Genital love leads to the formation of new families, and aim-inhibited love to friendships' which become valuable from a cultural standpoint because they escape some of the limitations of genital love, as, for instance, its exclusiveness. But in the course of development the relation of love to civilization loses its unambiguity. On the one hand love comes into opposition to the interests of civilization; on the other, civilization threatens love with substantial restrictions.
In the above quote it is clear that aim-inhibited love is love between people who are forbidden to have genital love. This being the case, the expression that any genital love between these taboo partners is clearly immature and can even be considered deviant. The points about society, create the idea that love is simply a source of human conflict on a demand vs. availability scale.
Rejection of healthy forms of love that do not fit the heterosexual/marriage/procreative mold became a part of the psychoanalytic scholarship and often found conflict within the reality of the depth and variety of loves that humans actually feel, express and seek.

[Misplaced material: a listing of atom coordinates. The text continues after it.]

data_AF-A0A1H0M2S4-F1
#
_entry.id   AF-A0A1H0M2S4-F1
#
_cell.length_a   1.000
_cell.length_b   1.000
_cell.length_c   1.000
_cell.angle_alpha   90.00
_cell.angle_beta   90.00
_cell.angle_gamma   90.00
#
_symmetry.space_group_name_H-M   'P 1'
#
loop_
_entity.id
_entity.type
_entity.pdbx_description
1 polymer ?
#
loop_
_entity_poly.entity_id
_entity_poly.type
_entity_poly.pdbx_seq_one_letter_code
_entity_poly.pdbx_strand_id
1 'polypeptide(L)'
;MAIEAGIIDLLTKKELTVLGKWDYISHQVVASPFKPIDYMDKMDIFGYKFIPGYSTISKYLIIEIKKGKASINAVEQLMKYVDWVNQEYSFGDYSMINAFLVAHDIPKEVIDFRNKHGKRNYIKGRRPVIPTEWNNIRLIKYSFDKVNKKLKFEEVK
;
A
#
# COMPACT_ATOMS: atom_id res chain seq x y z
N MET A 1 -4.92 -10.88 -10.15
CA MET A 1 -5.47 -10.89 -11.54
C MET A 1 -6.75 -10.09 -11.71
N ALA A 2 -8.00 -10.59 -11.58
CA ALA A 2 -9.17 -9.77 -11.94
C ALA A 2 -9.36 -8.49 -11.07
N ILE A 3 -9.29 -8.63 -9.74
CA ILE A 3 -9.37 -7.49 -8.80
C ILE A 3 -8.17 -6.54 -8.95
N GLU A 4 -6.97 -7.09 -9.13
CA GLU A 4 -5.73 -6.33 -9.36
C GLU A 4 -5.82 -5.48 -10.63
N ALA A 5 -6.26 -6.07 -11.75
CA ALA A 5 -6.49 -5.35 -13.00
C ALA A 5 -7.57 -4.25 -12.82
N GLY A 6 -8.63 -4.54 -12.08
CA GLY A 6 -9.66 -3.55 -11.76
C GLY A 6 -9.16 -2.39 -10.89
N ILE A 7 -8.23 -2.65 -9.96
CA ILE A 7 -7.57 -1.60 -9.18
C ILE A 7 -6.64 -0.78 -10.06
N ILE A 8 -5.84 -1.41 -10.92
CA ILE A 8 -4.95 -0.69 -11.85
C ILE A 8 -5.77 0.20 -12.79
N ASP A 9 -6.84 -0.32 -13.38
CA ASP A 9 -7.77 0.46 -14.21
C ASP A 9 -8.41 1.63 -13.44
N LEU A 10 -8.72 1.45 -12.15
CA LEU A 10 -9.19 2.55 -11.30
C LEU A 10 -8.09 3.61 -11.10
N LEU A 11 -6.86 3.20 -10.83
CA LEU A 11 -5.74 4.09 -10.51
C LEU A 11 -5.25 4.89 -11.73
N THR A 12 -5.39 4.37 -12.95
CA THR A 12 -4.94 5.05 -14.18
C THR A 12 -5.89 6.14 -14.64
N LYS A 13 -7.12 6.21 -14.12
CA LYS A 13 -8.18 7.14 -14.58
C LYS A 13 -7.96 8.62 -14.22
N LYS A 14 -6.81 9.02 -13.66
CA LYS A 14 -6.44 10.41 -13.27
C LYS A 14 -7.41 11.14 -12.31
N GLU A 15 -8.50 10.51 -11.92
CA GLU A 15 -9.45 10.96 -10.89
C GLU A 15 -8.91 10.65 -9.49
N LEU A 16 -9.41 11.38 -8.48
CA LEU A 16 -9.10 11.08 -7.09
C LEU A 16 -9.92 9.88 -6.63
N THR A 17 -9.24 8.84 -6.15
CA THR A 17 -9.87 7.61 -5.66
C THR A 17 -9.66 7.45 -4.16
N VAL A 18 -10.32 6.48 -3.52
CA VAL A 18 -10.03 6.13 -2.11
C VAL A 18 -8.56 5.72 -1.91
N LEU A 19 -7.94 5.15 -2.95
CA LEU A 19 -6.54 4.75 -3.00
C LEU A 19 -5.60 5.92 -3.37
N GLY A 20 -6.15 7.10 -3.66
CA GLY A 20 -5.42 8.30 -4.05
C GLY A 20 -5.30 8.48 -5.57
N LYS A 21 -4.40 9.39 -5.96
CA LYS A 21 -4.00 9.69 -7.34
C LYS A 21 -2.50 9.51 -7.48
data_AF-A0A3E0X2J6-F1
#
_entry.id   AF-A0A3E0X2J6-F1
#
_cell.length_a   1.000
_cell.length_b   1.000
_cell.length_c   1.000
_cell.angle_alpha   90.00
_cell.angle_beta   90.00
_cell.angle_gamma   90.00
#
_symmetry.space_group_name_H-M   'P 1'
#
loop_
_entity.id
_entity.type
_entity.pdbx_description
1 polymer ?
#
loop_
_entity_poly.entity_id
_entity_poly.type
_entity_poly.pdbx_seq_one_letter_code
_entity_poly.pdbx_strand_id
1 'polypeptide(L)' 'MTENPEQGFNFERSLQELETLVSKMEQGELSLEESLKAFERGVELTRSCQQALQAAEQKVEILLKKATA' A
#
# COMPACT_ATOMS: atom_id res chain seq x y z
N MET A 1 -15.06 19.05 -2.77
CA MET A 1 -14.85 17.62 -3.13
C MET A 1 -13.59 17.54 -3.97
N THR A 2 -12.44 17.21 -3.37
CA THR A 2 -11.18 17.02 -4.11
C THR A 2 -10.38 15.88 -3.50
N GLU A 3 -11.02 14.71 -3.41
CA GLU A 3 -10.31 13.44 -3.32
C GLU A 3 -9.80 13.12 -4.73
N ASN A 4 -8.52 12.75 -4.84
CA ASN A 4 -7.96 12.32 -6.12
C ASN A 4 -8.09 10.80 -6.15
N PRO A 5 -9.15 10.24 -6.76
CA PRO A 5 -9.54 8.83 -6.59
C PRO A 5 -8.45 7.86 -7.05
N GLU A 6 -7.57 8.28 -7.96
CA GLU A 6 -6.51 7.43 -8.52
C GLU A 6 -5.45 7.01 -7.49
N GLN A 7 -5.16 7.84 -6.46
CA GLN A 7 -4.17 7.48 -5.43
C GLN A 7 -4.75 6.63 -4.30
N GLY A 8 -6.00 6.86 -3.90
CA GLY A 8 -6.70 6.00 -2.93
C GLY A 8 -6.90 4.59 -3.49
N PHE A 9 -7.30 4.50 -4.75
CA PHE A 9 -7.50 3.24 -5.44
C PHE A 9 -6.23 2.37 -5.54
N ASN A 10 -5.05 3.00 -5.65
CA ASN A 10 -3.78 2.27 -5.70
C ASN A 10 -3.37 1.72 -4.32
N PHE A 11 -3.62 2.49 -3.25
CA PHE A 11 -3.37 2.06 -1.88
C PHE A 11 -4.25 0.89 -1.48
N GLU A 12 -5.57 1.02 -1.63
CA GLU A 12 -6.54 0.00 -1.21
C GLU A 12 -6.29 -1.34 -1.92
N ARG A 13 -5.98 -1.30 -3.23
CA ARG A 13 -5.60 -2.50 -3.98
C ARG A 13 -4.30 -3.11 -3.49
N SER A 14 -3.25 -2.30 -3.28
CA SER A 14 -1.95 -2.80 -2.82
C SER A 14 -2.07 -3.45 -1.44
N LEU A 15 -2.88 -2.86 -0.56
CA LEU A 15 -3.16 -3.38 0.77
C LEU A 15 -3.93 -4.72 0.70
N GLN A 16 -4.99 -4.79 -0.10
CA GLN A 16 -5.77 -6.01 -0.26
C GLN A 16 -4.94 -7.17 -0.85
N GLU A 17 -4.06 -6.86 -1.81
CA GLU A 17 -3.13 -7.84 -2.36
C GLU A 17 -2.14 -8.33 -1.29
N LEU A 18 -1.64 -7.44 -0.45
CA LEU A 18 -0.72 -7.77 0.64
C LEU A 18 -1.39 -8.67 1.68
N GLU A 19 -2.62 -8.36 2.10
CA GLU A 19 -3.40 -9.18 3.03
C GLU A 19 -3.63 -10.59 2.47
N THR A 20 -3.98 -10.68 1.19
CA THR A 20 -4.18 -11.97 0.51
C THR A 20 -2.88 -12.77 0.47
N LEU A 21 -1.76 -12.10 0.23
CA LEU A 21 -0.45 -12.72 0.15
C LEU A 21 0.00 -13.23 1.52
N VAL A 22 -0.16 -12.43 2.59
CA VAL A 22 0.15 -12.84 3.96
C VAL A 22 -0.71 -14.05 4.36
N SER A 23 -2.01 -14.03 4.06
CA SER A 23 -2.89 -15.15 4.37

Additionally, so much of the emphasis within the psychoanalytic process is upon the sexual drive of individuals as the most foundational of all motivating forces and within a situation where nearly all those treated were "abnormal" the lasting legacy of the clinical research is associated with the negative as apposed to the positive aspects of human love and connections. Freud being unwilling to analyze "normal" healthy loving relationships, or in some ways even acknowledge that they existed, has left the work of psychoanalysis as a simple task of trying to find out what about the person with psychological symptom's love relationships was wrong or negative. In many cases the root of the problem was focused upon the failed or overdevelopment of love relationships between individuals and their families:
major barriers to falling in love derive from two sources: pathological narcissism and, developing Freud's view, the inability to resolve oedipal conflicts by identification with a same-sex parent. "